Will the First Amendment suffer?

By now everyone’s probably heard about the 8-year-old boy who shot a 7-year-old girl at a Maryland day-care center earlier this week. More details are emerging, mostly surrounding an alleged robbery attempt by the boy. Those details are as absurd as they sound, but this is what most caught my attention:

The prosecutor also said investigators found photographs of guns in the apartment and learned that the boy had access to “very violent video games.” According to a police source, two of those video games are “50 Cent Bulletproof” and “187: Ride or Die.” The Washington Post agreed not to identify the source because the case remains open.

“Bulletproof,” released last fall, depicts rapper 50 Cent in a bloody New York underworld overrun with gangs and crime syndicates. Survival in the game requires shooting nearly anyone who gets in his way. The game costs about $50. “Ride and Die,” an older game with a similar premise, is based in Los Angeles.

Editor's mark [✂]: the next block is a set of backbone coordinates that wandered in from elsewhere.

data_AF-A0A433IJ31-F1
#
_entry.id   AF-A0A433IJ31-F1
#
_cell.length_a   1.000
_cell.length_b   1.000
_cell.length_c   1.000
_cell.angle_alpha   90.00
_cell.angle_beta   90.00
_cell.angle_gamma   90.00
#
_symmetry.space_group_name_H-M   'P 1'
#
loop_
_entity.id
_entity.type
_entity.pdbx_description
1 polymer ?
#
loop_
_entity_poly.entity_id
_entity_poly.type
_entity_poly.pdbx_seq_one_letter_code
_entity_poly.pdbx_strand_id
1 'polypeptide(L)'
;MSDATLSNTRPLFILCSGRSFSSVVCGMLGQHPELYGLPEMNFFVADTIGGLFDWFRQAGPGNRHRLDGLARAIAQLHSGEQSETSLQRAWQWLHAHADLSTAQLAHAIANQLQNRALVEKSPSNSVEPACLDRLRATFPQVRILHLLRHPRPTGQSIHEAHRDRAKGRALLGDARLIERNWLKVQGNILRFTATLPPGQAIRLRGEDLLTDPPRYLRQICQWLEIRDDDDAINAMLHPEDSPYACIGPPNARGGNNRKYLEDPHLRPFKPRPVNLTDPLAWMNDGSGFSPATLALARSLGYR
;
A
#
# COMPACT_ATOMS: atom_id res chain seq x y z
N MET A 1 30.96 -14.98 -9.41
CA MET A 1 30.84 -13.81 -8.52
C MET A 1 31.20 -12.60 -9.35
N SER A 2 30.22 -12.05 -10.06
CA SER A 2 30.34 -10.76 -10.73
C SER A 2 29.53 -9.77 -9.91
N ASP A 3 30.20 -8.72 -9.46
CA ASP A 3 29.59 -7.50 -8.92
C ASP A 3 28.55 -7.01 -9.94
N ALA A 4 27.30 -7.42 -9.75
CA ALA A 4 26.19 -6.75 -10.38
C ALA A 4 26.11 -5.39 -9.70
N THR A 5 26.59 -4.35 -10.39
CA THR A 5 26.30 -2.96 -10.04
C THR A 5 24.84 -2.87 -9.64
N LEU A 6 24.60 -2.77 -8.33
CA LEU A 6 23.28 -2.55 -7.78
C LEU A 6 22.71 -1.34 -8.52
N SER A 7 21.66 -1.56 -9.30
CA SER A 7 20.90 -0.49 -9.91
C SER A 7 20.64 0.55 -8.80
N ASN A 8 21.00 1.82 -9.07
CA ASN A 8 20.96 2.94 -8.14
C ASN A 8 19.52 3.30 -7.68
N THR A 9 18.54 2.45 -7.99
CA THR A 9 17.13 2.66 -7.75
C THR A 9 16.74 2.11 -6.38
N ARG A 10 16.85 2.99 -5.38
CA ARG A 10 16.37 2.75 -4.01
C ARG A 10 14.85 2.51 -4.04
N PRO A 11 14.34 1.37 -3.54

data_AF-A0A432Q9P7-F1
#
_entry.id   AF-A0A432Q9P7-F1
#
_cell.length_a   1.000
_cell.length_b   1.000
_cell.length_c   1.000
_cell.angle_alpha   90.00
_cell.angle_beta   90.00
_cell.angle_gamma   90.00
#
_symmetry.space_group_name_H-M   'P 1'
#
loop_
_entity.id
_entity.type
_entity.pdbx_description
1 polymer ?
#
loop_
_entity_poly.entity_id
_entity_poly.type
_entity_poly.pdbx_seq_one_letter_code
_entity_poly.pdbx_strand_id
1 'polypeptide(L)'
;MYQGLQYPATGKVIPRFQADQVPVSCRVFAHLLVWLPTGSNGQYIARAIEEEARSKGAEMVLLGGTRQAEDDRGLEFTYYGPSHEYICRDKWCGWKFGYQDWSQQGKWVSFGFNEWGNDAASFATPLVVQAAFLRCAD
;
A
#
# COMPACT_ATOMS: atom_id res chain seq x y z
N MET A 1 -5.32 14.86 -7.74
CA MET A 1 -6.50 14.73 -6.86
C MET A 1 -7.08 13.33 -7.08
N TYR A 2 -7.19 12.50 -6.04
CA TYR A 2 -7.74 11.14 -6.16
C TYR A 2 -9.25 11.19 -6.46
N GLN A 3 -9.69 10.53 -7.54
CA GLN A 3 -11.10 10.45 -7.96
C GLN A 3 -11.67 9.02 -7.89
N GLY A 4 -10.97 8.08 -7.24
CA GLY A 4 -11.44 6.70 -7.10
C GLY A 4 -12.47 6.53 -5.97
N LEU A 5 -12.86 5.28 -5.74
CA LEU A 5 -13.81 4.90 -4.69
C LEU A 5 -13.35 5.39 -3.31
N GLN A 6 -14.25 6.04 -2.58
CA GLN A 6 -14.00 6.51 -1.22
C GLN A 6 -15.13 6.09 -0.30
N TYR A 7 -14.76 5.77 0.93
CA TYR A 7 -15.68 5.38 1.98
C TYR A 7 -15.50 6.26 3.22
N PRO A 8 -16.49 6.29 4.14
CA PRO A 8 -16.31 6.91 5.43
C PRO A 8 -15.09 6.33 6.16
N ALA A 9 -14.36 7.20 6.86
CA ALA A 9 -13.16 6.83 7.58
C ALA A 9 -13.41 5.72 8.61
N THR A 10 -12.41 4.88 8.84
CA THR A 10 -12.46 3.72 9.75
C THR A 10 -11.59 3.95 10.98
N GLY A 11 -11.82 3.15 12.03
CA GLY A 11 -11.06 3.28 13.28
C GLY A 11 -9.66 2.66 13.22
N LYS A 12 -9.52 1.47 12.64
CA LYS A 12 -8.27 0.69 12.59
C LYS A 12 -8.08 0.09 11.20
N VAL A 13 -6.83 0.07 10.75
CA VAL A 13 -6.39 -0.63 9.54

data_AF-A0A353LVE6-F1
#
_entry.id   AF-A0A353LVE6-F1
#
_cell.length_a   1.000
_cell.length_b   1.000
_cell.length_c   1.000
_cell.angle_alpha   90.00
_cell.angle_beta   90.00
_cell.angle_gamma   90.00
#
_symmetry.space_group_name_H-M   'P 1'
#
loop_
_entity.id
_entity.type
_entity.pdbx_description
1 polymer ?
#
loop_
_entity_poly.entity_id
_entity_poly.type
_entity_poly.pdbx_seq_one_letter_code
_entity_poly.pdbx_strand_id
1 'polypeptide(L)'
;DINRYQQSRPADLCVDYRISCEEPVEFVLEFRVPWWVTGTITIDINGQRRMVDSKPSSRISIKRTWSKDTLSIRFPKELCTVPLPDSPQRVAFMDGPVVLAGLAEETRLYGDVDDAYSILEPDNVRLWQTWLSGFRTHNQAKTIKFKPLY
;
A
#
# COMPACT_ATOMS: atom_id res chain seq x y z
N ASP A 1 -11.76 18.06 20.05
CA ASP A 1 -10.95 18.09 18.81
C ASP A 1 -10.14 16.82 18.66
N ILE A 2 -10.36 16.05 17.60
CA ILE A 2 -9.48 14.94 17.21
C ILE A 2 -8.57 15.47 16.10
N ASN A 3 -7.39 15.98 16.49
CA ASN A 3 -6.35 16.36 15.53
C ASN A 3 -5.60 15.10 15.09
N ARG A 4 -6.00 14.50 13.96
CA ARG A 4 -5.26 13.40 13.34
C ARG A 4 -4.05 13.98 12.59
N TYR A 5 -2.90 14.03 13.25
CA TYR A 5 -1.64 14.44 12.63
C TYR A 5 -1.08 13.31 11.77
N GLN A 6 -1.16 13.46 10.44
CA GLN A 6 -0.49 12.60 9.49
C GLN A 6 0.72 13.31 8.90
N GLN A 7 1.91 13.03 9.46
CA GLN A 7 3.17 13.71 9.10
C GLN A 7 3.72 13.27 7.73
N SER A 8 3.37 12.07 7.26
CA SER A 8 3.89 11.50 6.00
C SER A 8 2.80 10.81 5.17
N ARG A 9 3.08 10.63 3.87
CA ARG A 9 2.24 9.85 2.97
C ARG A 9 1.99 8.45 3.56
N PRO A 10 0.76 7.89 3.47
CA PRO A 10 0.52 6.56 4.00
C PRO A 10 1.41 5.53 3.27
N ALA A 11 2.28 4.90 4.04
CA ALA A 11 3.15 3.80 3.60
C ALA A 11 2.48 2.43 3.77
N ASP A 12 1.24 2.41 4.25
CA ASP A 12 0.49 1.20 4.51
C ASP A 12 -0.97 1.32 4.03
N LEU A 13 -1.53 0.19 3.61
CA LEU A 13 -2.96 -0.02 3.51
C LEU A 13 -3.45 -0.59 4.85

Darlene Hall, the boy’s aunt, said her brother has been a positive influence on the boy, who she described as deeply troubled. She said the boy denied that his father taught him how to use guns.

“He beat on the desk and said: ‘No, my father didn’t do that. I learned it from 50 Cent,’ ” Darlene Hall said, describing how the child acted during a hearing on Wednesday that was closed to the public. She was present at the hearing.

No doubt Joe Lieberman and Hillary Clinton are in conference figuring out how to pin this incident on violent video games and the businesses that produce and sell them. It would be too easy to admit that a parent allowing a “deeply troubled” boy access to violent video games is responsible, rather than the game or its availability. Until we learn (which we have no reason to) the 7-year-old girl’s name, I guess the Jane Doe Keep Kids Safe from Violent Video Games Act of 2006 will have to suffice.